Here are some pictures of my own dolls house - a work in slow progress, but with some recent updates.

The house was built by Anglesey Dolls Houses and is being given a Gothic theme. The inspiration is generally Horror / Fantasy genre books and films, and now has an almost-full complement dolls in it specially made by myself. Many of the makers listed are no longer in business, or deceased, so I am glad I obtained the items when I could.

Outside view of the house.

Interior showing room plan.


The Great Hall - Fireplace by Farthingale; Furniture by Tudor Time Miniatures, Michael Mortimer (9), and Masters Miniatures; Flooring by Richard Stacey; Chandelier by Grandad's Playroom; Dragon's head by Four Seasons Miniatures; Toys by St. Leger; Suit of armour from Jennifers of Walsall; Wall panelling from Anglesey Dollshouses; Spinning wheel by S & S Eismont; 'Dobby' by Miss Sally World  playing chess with Death.


wolf.jpg (22694 bytes) Wolf by the late Annie Willis

The Gateway leads to a very spooky graveyard and is guarded by the Headless Horseman. The ogre's head on the wall is by Kastle Kelm. The little cauldron was made many years ago by my grandfather, who was a brass-finisher by trade.


The Salon -  Morticia Adams is talking with Cousin It, made by my daughter Emma. Chaise by Perri's Miniatures;  Round table with bespoke dragon painted on top from De Minilaars; Chandelier by Rosel's Chandeliers USA;  Magical Cabinet by Four Seasons; Dragons in niches from TeePee; Console table by John Hodgson; Wing chair and footstool by Diane James; Plasterwork by Sue Cooke.


Music room - The cream chest is a music box that plays the theme from 'Phantom of the Opera'. The man in question can now be seen playing the parlour organ by Chrysnbon to accompany Christine's singing. Opera seat by Masters Miniatures.

The carpet was my first (and last) foray into counted-thread work. Satisfying, but hard on the eyes.

Stairs - Top to bottom from left. The ghost has now been exorcised and gone to a new home. Some 'interesting' pictures are now appearing on the walls. Grandfather clock from Glenowen.

 Above - Bedchamber - Occupied by a Wolfman, vainly trying to shave away his excess hair! I had always intended to put a bogeyman on top of the bed canopy but now realise that I have no idea what he would look like - because he is always hiding.

Bed with coverlet hand embroidered by me. Notice fur coats and snow escaping from the wardrobe. Wonder where that's from? Bed and chest by Michael Mortimer (9), Sofa with octopus and mice by Four Seasons Miniatures.

 Library - Fully stocked with books, including the crazy stack by Kastle Kelm, and the Wizard is back in residence. Skeleton and Librarian by Four Seasons Miniatures (if you read Terry Pratchett you'll know why the librarian is an orangutan; Screen by Brooke Tucker. The hand with candlestick is a reference to 'Young Frankenstein'.

Attic - Furniture by Tudor Time Miniatures; Creatures by Four Seasons Miniatures. The poor mad woman in bed was the first doll I made for this house that will be staying. She is just for me, unlike the sleeping nurse, who may leave for a new post if required.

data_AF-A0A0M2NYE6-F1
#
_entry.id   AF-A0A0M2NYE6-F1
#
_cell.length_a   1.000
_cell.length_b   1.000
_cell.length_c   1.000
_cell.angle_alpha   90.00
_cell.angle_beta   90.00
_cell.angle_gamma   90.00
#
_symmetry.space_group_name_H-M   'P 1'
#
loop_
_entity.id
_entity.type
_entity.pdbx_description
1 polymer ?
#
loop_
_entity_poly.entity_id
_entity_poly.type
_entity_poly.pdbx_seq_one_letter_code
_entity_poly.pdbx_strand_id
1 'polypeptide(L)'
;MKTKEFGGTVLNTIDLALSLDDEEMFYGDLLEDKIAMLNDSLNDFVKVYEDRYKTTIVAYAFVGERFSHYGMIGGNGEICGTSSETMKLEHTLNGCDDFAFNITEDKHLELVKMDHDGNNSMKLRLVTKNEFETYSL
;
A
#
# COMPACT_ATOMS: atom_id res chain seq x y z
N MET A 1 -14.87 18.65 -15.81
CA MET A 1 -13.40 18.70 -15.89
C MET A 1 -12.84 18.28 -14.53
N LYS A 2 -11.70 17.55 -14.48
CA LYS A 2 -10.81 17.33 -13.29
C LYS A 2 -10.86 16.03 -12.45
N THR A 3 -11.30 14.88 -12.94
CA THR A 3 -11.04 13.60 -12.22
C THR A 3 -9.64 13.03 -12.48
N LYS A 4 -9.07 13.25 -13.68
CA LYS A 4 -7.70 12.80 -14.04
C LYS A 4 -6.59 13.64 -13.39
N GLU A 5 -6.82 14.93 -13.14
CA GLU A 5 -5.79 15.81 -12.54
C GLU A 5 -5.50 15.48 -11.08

Tower - I have finally made progress with the tower extension.

Individual room pictures follow.

Kitchen - Dresser and table by Country Contrast; cooking equipment by The Village Wheelwright; Lantern by Wood 'n' Wool; 'Greebo' and 'Death-of-Rats' (Pratchett again) by Four Seasons Miniatures.

Dining Room - Count Dracula is preparing to welcome his next victim. Hand printed wallpaper by At Home With Mrs Hogarth; Chairs and Sideboard by Masters Miniatures; Chandelier by Ray Storey; Fireplace by Devon Dolls House Delights; clock by Vanilla Heart Miniatures; Plant by Lemon Miniatures, standing on tree-stump table by Kastle Kelm.

Laboratory - Lights and most glassware by Ray Storey; Creatures by Four Seasons (now trading as Magic, Mayhem and Me); Tables by Constance Irene and Old Charm Miniatures; Telescope, filled jars, wall dials and vulture by Kastle Kelm; Monster plant by 'Out of Africa'.

I have been asked a number of times how I did the stonework on the outside of the house, so here I am happy to share:

The exterior walls were first painted with a solution of PVA glue and water, then coated with Polyfilla, spread on in patches about 1/8th inch thick, then marked into stone shapes with an artist's palette knife before it set. When all was covered, I added many coats of paint before I was happy with the colours. Base coat was light grey emulsion, with further coats of dark grey, beige, brown, green, yellow, white and more light grey acrylic paint sponged on. This all took many weeks. Finally it was given two coats of matt varnish.
The walls of the stairs and attic were painted in a similar way - base coat of cream, then sponged with browns, greys and white.
The sloped part of the roof is covered in tiles cut from cereal card, painted and sponged. The flat roofs and turret are covered with real lead strip from the builders merchant, stuck on with double sided tape.

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